Hosting an Airbnb can be fun. You meet new people, you encounter new experiences, and you make money! However, it isn’t always fun. This past month has been a roller coaster ride for my business partner and me as a host. When dealing with houses that fall apart and guests that are unreliable, there is a recipe for disaster sometimes. Here are some of the things I’ve dealt with in the past month:

1) Air Conditioning That Won’t Cool

A lack of air conditioning may be more of a problem in Texas than anywhere, but the property we bought in December has had a rough time this summer. When the heat index reaches 105, and your house was built in the 1940s, you need some real power to make sure that house cools. Our 2-ton system just couldn’t get it done and the unit would be continually running and wouldn’t get below 82 in the heat of the afternoon. Having to spend over five grand to replace it with a bigger unit is never fun. We bit the bullet, however, hoping for better performance and a long-term solution.

2) Trouble Getting Permit

In San Antonio, there is a new system for short-term rental permits. It is excellent when it works, and it encourages owners of short-term rentals to pay the city and county Hotel Occupancy Taxes that they are supposed to be paying. It is an excellent way of enabling the city to know where the STR’s are and make sure that there aren’t streets full of STRs. However, after submitting my application for a new Airbnb in Southtown San Antonio (see link below) and waiting a week, I received notification that it had been received and to expect a response within 3-5 business days. A few business days seemed like a reasonable timeline, so I waited. Three weeks later, I get an answer that I didn’t provide enough information and that I need to submit another form. I did that the next day, waited three more days, and finally received my permit.

3) Units Not Paying What You Estimated

Sometimes when starting a new Airbnb, you try to estimate your monthly earnings, so you can make sure that it is going to be worth your time and effort. A new STR (short term vacation rental) is always a tough endeavor (you can read more about things to consider when estimating Airbnb Income in my other post “How Much Can You Make?”). To get people into the Airbnb quick (because of the delayed permit), I lowered the prices. I also really decreased the rates on weekdays so that I could fill-up the month. However, this resulted in several extended stays at a low price that is barely able to cover my rent (this new Airbnb is done doing what is known in some circles as “rental arbitrage” where you rent out a place with the purpose of short-term renting it and keeping the money you make on top of rent.) This is a discouraging start, but I am hoping that people will like the place and its price will slowly climb to better levels.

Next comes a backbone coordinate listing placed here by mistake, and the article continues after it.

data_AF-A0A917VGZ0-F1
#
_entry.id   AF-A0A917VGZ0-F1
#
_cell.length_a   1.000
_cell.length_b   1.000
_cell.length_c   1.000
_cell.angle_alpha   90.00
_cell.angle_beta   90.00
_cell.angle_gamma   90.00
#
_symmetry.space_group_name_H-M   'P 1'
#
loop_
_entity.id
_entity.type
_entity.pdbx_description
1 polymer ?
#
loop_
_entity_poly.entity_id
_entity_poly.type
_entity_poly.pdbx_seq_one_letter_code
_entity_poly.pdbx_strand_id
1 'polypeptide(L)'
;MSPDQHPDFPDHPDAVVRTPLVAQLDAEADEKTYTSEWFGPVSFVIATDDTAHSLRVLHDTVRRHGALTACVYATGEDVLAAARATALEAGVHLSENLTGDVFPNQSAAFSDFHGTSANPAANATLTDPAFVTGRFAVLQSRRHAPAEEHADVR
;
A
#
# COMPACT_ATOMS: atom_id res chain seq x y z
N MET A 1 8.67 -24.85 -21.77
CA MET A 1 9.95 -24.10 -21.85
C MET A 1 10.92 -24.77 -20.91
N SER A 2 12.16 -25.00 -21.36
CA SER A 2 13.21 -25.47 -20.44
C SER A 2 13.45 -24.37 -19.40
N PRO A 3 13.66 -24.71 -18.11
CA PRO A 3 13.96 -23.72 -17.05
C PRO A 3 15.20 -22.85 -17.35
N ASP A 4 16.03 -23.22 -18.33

With all this happening over the last month, it has been slightly stressful. Pair this with problems at my own house and my full-time job, and there has been little time to relax and reap the rewards of good hosting. However, through those tough times, I have been able to enjoy some new things that I would not have been able to if I was not an Airbnb host. I met a couple from Boston that stayed in my back house and who is moving to San Antonio. They were great guests, and I got to know some about them and talk to them about moving here. I’ve also been able to watch my business grow, learn a lot about the city and about the San Antonio market. Being able to work for yourself is challenging, but it helps you improve in so many ways that, to me, it is always worth it.